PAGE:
Section Thirty-three of the Canadian Charter of Rights and Freedoms

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(Redirected from Notwithstanding Clause)

Template:Canadian Charter Section 33 of the Canadian Charter of Rights and Freedoms in the Constitution of Canada, commonly known as the Notwithstanding Clause or override power, allows Parliament or provincial legislatures to override certain portions of the Charter.

The section reads as follows:

(1) Parliament or the legislature of a province may expressly declare in an Act of Parliament or of the legislature, as the case may be, that the Act or a provision thereof shall operate notwithstanding a provision included in section 2 or sections 7 to 15.
(2) An Act or a provision of an Act in respect of which a declaration made under this section is in effect shall have such operation as it would have but for the provision of this Charter referred to in the declaration.
(3) A declaration made under subsection (1) shall cease to have effect five years after it comes into force or on such earlier date as may be specified in the declaration.
(4) Parliament or the legislature of a province may re-enact a declaration made under subsection (1).
(5) Subsection (3) applies in respect of a re-enactment made under subsection (4).


Function of the clause

The federal Parliament or a provincial legislature may declare a law or part of a law to apply temporarily "notwithstanding" certain sections of the Charter, essentially using it to negate any federal/provincial or judicial review by overriding the Charter protections for a limited period of time. This is done by including a section in the law clearly specifying which rights have been overridden.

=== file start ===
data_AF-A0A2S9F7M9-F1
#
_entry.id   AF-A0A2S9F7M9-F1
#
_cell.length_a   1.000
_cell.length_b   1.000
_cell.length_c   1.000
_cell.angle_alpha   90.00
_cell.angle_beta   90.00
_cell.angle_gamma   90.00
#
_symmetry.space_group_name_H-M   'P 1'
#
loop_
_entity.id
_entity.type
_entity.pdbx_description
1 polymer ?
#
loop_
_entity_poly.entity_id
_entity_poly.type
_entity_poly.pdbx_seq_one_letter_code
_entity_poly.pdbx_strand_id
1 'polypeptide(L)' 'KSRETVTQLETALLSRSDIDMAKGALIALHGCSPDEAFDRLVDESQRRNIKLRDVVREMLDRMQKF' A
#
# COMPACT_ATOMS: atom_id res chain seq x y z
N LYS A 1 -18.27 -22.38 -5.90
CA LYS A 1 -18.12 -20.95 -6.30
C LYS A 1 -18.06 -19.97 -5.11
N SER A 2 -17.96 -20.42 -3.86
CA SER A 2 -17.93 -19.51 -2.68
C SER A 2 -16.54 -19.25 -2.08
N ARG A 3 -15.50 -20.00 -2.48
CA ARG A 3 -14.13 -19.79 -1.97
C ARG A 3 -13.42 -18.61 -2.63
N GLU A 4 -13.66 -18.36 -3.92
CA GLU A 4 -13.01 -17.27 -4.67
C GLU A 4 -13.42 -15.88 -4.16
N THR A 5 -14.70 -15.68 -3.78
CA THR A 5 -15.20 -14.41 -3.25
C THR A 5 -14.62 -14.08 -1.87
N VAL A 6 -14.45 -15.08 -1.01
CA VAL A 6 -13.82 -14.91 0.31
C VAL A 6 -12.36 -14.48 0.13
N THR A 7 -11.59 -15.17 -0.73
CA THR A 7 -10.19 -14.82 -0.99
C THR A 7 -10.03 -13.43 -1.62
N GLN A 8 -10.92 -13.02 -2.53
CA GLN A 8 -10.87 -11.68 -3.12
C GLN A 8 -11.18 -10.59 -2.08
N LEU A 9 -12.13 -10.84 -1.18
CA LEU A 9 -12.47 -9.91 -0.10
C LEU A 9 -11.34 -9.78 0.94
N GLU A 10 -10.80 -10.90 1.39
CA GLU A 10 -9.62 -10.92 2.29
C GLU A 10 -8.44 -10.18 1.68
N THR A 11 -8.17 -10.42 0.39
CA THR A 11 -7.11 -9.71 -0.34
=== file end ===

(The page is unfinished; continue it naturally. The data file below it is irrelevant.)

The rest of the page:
Such a declaration lapses after five years or a lesser time specified in the clause, although it may be re-enacted again and again, indefinitely. The rationale behind having a five-year expiry date is that it is also the maximum amount of time that the Parliament or legislature may sit before an election must be called. Therefore, if the people wish for the law to be repealed they have the right to elect representatives that will carry out the wish of the electorate. Although, if fundamental rights--such as freedom of conscience and freedom of religion; freedom of thought, belief, opinion and freedom of expression, including freedom of the press (which includes other media of communication); freedom of assembly; and freedom of association--can be overridden, then this raises the question of whether or not the people do have the right to do so. However, scholars of British constitutional law, upon which much Canadian constitutional jurisprudence is based, stress that if the fundamental jus commune or law of the land was to be overridden in such a cavalier way by a Parliament exercising such arbitrary parliamentary supremacy the people would have the ability to revolt against their government much as the rebels revolted against the Crown in the thirteen colonies. This is the kind of thinking used in the reasoning of jurists who developed the theory of the Implied Bill of Rights before the adoption of the Charter of Rights and Freedoms.